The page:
have problems accepting scientific conclusions. I guess it's just
    your dharma-karma.
    > > We (well, some of us) impose causative sequentiality upon
    > > objects, which merely spatiotemporally change with the passage of
    > > time. No causal entity can be separated from the interacting
    > > objects and pointed to in isolation, because it is a cognitively
    > > imposed addition, with no mind-independent existence (David Hume's
    > > point). It is what you would call maya, and what others consider a
    > > construction.
    > But Joe, it is *you* who are saying the normal concept of causation is
    > maya, and *me* who is saying that's what *your* intellectual
    > gymnastics amount to!
    So you then support the idea of a Platonic Form of Causation
    floating out there in the celestial spheres? If you reject both
    bottom-up and top-down causation, you are left with Spinozan
    noninteractive parallelism, where it is just a happy coincidence that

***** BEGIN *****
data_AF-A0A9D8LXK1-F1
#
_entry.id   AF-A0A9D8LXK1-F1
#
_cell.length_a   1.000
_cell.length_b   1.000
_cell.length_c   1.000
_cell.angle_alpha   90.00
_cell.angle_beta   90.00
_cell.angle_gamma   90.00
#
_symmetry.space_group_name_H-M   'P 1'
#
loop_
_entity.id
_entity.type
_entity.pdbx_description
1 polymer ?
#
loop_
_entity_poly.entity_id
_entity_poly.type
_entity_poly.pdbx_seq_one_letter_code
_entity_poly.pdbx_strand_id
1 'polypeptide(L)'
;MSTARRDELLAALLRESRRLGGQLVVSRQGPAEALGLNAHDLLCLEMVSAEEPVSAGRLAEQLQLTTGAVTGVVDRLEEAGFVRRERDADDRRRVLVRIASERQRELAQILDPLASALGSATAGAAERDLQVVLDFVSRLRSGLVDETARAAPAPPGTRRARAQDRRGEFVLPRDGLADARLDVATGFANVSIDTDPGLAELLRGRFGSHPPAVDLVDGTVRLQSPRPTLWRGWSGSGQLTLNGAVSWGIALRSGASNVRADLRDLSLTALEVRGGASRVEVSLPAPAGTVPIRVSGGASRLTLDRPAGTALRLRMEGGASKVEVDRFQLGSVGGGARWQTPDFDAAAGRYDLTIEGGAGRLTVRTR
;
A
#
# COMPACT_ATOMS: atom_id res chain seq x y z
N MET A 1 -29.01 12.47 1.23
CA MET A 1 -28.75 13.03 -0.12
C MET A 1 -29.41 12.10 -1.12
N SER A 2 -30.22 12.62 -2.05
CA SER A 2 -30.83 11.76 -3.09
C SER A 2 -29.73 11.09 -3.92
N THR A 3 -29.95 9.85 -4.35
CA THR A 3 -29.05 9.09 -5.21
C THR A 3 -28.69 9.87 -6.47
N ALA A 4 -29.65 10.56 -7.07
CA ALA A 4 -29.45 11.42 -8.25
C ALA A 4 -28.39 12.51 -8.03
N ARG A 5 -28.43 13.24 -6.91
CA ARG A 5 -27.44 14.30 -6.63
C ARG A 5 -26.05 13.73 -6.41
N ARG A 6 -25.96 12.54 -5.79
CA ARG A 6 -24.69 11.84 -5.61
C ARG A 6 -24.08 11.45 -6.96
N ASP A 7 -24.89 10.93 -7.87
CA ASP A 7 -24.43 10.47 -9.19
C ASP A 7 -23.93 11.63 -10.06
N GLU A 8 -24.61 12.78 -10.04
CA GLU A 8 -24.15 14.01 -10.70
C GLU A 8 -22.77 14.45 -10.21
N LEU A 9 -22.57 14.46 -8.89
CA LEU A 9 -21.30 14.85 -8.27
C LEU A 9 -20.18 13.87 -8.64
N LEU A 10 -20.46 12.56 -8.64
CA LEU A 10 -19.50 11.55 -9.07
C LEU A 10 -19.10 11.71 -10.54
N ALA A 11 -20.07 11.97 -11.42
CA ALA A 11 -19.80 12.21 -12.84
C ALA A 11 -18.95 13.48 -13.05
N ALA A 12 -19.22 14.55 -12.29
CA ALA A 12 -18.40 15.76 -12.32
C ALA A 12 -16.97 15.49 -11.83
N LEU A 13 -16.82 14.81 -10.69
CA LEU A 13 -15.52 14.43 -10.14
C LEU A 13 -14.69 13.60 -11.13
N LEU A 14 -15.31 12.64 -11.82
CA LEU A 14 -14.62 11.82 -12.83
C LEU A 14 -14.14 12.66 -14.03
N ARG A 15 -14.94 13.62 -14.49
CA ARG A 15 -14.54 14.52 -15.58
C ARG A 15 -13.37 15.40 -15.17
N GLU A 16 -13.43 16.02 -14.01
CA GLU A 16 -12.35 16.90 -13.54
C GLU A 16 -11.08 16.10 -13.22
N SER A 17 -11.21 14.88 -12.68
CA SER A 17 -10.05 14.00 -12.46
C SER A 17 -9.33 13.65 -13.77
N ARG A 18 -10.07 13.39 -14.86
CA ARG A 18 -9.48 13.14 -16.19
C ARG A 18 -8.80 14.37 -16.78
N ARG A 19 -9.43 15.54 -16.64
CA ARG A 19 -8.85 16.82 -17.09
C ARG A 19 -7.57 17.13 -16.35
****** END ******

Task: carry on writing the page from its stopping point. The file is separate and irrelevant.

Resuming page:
anything whatsoever fits with anything else. I'm saing that
    causation is not universal, but it is a useful concept for explaining
    how it is that people can be asked to and assent to perform certain
    cognitive tasks and the appropriate cortical areas subsuming such
    functions routinely light up. The only difference between this and
    control over more distal areas of the body (of which the brain is a
    part), such as me thinking that I will type this sentence, and then
    doing so, is a difference of degree, not kind.
    > > > You're confusing me with someone else, again. Scott Chase, I
    > > > think, this time. I talk consistently about vertical causation,
    > > > and view the bottom-up variety as no more valid than top-down.
    > > > The only move that can occur between levels is a change in
    > > > viewpoint, going for more detail or for a broader scope.
    > > > Switching between a magnifying glass and a scanning electron
    > > > microscope does not affect the specimen being studied, only which
    > > > aspect of it is seen. Atoms don't *cause* molecules, because
    > > > groups of them *are* molecules. Neural activity doesn't *cause*